Are any of the moons bigger than the planets?
Yes, there is. Ganymede (Jupiter III) is a satellite of Jupiter and the largest moon in the Solar System. It is the seventh moon and third Galilean satellite outward from Jupiter. Completing an orbit in roughly seven days, Ganymede participates in a 1:2:4 orbital resonance with the moons Europa and Io, respectively. It has a diameter of 5,268 km (3,273 mi), 8% larger than that of the planet Mercury, but has only 45% of the latter's mass.
Ganymede and Titan, which are moons of Jupiter and Saturn respectively, are larger than the planet Mercury. These are the only moons larger than any planets in our solar system. It is also worth noting that Jupiter's moons Callisto, Io, and Europa; Earth's moon; and Neptune's moon Triton are larger than Pluto, but Pluto is no longer considered a planet.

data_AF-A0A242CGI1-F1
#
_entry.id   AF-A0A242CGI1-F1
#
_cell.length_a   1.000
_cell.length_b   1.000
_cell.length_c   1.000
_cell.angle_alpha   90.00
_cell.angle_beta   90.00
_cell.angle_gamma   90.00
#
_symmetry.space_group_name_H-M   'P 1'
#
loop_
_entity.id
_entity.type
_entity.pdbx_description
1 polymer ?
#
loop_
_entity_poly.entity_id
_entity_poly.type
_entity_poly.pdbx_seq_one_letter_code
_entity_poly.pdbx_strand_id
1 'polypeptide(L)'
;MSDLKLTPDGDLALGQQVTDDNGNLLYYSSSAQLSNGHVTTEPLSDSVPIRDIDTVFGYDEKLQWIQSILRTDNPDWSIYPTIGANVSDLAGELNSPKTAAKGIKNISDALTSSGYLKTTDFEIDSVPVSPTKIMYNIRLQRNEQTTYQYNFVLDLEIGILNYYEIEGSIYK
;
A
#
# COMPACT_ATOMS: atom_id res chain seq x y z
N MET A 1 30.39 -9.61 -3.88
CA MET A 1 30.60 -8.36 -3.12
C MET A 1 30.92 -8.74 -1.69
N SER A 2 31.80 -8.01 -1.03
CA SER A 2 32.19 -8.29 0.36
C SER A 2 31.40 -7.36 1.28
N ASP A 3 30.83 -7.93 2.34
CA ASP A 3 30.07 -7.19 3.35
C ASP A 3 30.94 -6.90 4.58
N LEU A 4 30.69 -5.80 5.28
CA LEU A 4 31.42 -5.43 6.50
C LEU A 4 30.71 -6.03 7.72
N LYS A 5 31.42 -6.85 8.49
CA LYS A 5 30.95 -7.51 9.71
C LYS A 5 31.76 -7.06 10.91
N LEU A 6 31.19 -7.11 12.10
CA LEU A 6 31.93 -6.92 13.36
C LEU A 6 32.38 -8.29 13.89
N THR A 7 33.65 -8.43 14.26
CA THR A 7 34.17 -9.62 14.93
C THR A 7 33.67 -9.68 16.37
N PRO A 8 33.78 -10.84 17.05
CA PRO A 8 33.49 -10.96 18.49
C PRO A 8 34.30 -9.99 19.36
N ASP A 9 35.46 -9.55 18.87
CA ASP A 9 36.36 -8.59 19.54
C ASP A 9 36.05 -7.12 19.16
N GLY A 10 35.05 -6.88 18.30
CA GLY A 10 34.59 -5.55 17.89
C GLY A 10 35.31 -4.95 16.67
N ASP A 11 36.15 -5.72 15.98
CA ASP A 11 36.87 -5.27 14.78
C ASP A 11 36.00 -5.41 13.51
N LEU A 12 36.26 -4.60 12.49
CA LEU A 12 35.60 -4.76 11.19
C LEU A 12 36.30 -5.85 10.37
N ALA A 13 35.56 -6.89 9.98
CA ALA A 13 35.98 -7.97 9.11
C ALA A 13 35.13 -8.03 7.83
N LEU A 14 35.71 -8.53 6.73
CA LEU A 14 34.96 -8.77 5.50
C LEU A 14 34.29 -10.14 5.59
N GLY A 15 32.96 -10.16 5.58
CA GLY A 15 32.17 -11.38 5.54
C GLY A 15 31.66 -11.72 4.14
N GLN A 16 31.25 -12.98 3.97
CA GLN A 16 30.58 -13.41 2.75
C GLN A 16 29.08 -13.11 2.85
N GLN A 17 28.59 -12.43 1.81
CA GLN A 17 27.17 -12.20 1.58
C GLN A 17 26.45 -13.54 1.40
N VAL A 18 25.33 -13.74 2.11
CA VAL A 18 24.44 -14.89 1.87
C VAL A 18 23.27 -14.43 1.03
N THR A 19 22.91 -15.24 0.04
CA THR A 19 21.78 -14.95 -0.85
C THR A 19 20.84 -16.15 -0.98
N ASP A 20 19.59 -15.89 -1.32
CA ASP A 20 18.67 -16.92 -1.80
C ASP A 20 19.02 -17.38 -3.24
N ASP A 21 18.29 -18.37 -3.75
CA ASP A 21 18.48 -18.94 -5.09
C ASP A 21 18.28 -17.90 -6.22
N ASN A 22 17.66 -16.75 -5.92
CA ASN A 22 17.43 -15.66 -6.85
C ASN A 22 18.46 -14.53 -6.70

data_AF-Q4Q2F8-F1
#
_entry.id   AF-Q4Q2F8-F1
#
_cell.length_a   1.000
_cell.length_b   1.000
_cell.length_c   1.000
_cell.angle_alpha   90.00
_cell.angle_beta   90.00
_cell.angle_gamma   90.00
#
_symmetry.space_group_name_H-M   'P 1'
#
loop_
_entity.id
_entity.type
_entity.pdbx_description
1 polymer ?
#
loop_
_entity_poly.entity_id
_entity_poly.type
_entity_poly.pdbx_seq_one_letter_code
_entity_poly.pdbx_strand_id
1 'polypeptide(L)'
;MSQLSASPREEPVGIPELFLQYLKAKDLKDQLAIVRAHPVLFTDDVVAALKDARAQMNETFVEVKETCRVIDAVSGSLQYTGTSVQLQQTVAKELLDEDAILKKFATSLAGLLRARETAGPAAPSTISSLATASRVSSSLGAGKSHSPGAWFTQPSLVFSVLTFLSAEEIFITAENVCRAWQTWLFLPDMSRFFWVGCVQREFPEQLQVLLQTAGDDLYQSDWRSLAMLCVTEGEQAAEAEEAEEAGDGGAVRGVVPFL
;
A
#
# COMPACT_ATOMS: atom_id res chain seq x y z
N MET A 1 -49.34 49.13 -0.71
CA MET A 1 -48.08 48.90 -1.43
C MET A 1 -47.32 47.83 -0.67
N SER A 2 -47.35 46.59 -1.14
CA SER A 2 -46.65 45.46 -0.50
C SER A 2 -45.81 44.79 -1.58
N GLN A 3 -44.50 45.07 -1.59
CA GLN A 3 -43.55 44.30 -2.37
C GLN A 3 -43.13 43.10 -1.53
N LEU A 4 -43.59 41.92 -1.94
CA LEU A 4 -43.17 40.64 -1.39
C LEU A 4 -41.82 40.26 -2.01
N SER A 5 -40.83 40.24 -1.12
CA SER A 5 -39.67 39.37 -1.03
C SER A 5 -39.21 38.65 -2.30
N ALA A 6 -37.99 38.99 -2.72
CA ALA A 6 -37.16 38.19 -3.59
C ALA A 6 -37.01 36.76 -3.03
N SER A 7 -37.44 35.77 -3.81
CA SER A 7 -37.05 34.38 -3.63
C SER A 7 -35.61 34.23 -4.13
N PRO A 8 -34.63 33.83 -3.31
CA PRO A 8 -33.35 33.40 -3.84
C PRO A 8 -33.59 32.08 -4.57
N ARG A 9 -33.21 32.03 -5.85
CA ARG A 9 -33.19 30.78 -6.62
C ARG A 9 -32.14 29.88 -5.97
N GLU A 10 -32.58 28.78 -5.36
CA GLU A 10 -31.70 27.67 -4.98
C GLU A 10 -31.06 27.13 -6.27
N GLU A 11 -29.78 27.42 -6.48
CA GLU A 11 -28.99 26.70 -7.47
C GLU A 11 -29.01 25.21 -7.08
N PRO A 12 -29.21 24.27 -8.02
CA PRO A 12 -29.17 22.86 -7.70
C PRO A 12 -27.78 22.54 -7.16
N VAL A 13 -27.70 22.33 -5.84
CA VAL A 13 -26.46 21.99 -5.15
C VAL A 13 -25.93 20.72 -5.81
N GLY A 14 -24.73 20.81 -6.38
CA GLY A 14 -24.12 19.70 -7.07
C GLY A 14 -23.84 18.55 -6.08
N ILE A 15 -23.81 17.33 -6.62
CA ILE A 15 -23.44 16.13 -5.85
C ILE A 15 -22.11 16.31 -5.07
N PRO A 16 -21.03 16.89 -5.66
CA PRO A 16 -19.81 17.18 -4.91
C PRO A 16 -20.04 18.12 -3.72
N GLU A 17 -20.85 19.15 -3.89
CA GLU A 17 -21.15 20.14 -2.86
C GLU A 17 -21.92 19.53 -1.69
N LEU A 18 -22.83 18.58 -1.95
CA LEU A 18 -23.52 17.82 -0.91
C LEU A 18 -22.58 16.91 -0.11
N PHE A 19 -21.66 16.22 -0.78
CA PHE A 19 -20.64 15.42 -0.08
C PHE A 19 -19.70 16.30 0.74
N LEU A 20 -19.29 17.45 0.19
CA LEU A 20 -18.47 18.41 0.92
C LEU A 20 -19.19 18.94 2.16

Our Moon is generally rated at the large end of the scale. Most planetary moons (such as those around Mars) are smaller than ours. To find any moons bigger than ours, you generally have to go to Jupiter or Saturn, where you will find the biggest moons in the system like Ganymede, Callisto, and Titan.
Yes. Ganymede and Titan, which are moons of Jupiter and Saturn, are larger than the planet Mercury. Several other moons in the solar system, including our own moon, are larger than Pluto, which was formerly considered a planet. These moons would likely be considered planets if they had their own orbits around the sun.